Many LSE students want to undertake summer jobs or internships at the end of the academic year. When I started my studies at LSE, I already knew that I wanted to work during the summer to gain some practical experience. After several rejections, I finally got an internship at the Organisation for Economic Co-operation and Development (OECD)! Here is some advice for internship application processes.
Apply, apply, and apply
Studying at LSE can be a great advantage when looking for jobs. Indeed, LSE has an excellent reputation both in London as well as around the world. However, it is also true that LSE students tend to apply for very competitive internships and jobs. That is why rejections are a normal part of the process. Every person I met at LSE got rejected at least once before securing a job somewhere! My advice is that you should apply to many different positions. This will allow you to increase your chances to get an offer. In addition, the more you apply, the better you become at cover letters! Writing a cover letter can be a long and time-consuming process. However, over time you will learn from your mistakes. When I applied to the OECD, I had already written about 30 cover letters. I believe that one of the reasons why my cover letter was successful is that I had improved my writing style.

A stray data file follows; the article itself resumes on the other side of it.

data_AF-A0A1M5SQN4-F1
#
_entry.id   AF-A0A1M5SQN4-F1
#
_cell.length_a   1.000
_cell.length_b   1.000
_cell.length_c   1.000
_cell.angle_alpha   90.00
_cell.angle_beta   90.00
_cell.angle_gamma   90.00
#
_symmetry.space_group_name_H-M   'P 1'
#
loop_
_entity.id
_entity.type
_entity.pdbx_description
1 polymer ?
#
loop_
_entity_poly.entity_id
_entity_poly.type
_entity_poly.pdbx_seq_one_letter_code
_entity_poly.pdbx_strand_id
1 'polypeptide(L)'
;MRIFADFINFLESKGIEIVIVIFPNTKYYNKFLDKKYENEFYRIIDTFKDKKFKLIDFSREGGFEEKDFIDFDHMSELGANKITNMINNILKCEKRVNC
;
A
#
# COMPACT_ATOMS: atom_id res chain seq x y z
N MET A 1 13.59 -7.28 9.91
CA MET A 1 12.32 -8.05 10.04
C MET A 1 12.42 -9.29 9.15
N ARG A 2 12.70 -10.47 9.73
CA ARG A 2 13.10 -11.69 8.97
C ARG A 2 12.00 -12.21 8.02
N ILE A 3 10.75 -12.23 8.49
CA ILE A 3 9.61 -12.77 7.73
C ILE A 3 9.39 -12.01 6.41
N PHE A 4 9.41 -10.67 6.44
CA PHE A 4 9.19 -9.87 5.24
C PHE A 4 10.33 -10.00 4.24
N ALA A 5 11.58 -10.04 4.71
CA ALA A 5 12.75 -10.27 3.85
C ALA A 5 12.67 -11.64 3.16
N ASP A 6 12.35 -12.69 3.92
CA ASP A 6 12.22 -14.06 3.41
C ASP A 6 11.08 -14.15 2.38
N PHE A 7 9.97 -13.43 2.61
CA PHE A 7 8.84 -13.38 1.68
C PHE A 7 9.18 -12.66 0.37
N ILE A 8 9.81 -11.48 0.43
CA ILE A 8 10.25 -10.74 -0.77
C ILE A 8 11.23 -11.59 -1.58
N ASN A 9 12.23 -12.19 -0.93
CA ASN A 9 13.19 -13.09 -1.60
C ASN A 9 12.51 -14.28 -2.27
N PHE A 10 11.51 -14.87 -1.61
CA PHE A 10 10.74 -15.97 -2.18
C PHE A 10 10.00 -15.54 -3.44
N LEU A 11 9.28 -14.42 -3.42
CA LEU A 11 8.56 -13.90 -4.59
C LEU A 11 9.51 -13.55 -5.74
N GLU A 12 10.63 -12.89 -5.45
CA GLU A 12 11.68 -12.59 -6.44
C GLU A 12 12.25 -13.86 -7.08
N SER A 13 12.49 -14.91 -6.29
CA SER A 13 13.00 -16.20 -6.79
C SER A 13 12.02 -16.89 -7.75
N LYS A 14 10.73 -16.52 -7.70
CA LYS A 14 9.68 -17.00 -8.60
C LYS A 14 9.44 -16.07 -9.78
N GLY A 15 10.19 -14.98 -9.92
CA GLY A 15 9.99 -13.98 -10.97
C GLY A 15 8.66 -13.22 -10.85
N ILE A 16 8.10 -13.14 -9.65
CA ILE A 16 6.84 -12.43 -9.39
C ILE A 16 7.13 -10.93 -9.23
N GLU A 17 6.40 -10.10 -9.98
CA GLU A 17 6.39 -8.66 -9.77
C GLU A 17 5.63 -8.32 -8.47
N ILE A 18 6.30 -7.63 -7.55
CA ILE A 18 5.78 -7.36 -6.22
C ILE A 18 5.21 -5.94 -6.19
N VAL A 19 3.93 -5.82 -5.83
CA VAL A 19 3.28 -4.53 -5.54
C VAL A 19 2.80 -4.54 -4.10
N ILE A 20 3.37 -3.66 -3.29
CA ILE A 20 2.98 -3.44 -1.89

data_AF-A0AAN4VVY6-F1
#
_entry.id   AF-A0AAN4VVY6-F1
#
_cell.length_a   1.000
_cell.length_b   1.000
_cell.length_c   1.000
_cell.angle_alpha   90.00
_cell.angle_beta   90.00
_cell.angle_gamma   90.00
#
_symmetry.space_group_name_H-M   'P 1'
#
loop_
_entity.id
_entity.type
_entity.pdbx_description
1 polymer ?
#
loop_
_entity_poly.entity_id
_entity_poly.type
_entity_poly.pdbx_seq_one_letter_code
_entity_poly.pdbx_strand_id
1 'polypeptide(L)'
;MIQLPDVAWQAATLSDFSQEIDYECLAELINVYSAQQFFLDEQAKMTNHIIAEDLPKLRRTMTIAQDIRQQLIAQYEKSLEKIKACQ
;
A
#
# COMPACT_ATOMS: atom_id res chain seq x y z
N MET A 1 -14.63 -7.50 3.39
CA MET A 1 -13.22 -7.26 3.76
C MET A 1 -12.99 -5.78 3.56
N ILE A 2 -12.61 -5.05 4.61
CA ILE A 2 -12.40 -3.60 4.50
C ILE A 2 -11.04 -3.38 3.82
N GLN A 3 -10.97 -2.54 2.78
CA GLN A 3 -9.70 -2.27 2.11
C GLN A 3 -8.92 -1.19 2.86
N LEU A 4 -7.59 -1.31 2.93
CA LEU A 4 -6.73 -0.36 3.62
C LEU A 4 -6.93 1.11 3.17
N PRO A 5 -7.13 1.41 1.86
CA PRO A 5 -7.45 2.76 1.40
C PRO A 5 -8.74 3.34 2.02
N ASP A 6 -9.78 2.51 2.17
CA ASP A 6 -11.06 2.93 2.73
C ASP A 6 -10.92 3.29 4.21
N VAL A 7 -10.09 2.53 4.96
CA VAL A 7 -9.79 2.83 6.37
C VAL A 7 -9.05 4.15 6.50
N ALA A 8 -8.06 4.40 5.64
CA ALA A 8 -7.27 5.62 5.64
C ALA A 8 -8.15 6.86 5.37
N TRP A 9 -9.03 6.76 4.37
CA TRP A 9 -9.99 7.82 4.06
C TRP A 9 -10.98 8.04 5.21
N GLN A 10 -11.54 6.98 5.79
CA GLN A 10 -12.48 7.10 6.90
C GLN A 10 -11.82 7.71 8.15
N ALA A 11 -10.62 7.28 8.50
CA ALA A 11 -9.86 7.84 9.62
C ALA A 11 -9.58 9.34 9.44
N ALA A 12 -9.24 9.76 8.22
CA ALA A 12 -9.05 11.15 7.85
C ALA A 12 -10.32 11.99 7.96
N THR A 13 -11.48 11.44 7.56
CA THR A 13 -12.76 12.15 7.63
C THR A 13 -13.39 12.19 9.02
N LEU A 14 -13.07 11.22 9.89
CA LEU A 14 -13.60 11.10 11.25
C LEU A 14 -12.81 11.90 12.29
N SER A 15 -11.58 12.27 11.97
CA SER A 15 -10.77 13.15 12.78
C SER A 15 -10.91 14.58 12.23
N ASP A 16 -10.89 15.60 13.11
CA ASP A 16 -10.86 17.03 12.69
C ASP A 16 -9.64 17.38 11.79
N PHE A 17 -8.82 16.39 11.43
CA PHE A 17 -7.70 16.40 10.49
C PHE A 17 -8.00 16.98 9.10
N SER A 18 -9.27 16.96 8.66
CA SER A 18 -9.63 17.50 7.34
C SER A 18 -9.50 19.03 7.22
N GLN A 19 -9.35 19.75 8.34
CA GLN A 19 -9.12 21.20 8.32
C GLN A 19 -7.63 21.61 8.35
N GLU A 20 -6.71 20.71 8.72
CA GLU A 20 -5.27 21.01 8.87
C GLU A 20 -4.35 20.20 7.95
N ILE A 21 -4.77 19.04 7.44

Ask for help from LSE Careers
LSE Careers is the first place where you should look for help. Indeed, they can help you by proofreading your letters, training you for an interview, and giving you advice on how to achieve your career goals. While LSE Careers cannot tell you what you should write in a letter or say in an interview, they can explain to you how you can improve your application.
Ask for help from your classmates
Finally, remember to ask for help from your peers! In your cohort, there might be students applying for similar positions. You can exchange ideas and discuss questions regarding cover letters and interviews. In addition, if you are not a native speaker, you would benefit from having an English speaker proofread your letters. In my case, I was able to discuss my application with my friends and brainstorm some questions for the interview. Eventually, I got asked some of those questions and thanks to my classmates I was able to prepare for them.